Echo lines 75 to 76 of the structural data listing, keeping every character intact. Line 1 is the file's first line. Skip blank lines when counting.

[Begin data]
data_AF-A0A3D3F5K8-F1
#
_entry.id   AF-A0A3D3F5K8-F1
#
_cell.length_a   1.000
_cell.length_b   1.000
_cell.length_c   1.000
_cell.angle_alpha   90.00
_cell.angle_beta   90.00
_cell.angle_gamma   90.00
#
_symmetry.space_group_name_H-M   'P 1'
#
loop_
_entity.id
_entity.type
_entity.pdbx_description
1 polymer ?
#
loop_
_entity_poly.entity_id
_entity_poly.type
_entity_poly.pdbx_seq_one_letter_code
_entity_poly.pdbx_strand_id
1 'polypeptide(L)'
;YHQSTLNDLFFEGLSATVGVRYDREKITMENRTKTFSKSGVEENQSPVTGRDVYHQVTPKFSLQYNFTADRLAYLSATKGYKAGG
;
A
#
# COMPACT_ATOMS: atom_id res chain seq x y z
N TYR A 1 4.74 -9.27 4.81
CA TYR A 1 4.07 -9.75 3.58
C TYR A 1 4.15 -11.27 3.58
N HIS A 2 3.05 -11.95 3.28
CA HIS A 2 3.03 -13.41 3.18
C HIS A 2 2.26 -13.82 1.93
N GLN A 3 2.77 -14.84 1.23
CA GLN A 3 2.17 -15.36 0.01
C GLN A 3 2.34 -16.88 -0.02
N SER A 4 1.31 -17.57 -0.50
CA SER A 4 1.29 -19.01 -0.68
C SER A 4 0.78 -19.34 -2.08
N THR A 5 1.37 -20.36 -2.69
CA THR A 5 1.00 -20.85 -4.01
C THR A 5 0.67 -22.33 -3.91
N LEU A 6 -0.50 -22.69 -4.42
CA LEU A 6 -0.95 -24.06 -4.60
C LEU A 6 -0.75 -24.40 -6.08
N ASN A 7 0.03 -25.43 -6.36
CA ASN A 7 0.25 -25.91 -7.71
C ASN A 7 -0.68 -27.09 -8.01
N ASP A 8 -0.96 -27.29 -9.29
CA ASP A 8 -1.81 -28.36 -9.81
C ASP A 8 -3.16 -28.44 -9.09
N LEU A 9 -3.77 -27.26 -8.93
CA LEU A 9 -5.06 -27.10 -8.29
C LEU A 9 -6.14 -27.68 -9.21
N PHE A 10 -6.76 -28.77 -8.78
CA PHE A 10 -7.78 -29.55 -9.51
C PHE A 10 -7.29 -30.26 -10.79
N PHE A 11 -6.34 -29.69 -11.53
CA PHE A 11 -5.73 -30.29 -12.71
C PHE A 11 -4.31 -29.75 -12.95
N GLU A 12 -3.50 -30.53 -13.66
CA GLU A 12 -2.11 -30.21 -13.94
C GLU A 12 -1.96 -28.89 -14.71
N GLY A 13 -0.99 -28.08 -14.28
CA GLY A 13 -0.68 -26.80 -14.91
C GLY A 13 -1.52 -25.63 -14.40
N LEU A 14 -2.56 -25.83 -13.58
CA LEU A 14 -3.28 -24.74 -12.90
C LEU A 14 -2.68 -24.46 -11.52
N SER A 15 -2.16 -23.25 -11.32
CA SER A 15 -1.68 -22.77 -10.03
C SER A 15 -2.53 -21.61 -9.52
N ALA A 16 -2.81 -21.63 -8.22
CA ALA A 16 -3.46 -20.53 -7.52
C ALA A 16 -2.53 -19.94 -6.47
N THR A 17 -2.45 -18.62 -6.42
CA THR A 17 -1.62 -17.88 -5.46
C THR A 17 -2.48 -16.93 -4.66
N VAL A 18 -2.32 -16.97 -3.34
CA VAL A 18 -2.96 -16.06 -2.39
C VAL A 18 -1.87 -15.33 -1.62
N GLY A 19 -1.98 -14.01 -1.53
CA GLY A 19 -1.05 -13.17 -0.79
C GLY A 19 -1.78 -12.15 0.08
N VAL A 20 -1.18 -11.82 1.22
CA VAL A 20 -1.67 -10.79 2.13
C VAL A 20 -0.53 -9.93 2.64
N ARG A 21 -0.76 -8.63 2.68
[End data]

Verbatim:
C SER A 15 -2.53 -21.61 -9.52
N ALA A 16 -2.81 -21.63 -8.22